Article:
Background and aims: Studies assessing the cognitive performance effects of nicotine show inconsistent results and tobacco industry funding has been correlated with study outcomes. We conducted a systematic review of the primary literature assessing the cognitive performance effects of nicotine and assessed potential associations between tobacco and pharmaceutical industry affiliation and reported study conclusions.
Methods: We searched PubMed, EMBASE, PsycINFO, BIOSIS, and Web of Science for peer-reviewed journal articles published between 2009 and 2016 that: (1) were randomized controlled trials; (2) investigated the effects of nicotine on cognitive performance in a laboratory setting; (3) administered nicotine to healthy adults (18-60 years); and (4) included participants were nonsmokers or minimally deprived smokers (⩽2 hours of abstaining from smoking). Study disclosures and tobacco industry documents were reviewed to determine industry funding.
Results: Searches yielded 3,771 abstracts; 32 studies were included in the review. The majority of studies investigated the effects of nicotine on attention (n = 22). Nicotine had a non-uniform effect on attention: studies reported positive (41%; n = 9), mixed (41%; n = 9), and no effect (18%; n = 4). The majority of study authors had received prior tobacco industry funding (59%; n = 19), however over half of tobacco-industry funded authors did not report this (53%; n = 10).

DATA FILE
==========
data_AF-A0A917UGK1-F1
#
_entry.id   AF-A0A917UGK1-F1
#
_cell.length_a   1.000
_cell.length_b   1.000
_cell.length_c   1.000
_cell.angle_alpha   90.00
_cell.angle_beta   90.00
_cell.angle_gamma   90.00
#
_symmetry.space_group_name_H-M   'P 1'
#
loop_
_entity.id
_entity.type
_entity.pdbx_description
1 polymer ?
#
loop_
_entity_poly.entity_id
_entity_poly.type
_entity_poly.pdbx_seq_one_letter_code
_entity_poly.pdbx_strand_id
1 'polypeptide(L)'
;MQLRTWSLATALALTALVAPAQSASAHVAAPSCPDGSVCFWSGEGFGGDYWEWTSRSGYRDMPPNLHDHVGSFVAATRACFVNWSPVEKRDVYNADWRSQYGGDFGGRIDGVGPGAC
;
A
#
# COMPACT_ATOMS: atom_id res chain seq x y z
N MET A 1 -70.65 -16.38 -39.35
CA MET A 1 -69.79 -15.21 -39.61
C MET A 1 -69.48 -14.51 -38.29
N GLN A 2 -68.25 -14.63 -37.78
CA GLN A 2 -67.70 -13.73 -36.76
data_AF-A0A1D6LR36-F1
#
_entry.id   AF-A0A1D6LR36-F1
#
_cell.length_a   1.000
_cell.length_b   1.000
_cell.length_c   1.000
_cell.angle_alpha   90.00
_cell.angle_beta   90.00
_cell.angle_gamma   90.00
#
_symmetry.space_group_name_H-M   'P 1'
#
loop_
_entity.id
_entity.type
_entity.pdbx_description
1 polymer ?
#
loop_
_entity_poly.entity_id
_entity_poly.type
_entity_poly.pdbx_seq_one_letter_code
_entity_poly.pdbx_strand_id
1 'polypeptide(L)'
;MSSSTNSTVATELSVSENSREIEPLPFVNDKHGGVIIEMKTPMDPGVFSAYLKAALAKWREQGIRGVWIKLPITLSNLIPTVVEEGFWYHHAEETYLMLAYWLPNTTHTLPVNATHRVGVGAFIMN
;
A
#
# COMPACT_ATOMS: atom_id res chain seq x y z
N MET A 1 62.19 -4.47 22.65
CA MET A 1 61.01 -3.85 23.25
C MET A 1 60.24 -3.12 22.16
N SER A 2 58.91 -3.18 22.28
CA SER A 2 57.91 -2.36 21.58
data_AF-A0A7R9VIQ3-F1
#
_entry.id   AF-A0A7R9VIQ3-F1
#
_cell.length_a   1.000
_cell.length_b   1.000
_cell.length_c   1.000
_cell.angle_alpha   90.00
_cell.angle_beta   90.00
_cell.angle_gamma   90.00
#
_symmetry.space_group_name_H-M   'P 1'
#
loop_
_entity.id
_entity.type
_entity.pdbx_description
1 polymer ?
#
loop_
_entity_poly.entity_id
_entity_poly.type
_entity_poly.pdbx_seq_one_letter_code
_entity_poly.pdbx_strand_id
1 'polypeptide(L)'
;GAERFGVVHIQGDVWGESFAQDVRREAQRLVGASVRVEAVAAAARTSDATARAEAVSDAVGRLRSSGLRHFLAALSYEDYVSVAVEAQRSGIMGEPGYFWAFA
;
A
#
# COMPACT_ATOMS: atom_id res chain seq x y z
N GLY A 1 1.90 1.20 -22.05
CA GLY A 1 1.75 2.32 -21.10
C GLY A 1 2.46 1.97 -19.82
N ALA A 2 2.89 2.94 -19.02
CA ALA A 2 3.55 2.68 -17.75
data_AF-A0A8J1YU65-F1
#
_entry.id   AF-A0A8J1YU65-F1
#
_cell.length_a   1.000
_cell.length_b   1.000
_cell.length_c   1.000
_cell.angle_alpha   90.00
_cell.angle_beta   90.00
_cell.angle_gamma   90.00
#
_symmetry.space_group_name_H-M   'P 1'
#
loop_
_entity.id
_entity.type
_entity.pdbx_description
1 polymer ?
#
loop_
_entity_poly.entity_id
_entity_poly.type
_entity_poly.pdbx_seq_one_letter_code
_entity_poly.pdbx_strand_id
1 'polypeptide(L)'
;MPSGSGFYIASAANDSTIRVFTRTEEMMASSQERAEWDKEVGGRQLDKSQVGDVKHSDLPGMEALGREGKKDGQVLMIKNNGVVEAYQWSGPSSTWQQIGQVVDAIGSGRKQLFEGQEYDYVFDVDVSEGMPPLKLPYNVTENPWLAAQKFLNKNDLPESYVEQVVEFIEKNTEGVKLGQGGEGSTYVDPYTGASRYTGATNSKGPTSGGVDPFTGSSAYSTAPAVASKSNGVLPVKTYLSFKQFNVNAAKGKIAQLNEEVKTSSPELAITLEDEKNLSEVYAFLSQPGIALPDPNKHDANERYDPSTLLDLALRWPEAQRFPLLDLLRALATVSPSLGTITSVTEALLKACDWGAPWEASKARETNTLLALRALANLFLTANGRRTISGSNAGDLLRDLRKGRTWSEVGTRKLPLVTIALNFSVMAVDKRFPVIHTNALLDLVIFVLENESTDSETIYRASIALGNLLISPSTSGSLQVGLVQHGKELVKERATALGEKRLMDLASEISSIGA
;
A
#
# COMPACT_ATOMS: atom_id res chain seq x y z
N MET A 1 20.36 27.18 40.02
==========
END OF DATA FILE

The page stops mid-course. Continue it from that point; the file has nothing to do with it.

Conclusions: Nicotine does not appear to be associated with consistent cognitive performance effects. Although no association was found between reported outcomes and tobacco or pharmaceutical industry funding, findings likely underestimate the influence of industry funding due to strict inclusion criteria and incomplete data on pharmaceutical industry funding.
Clinical trial registration: Not applicable.
Keywords: attention; bias; drug industry; nicotine; research; tobacco industry.
© The Author(s) 2020.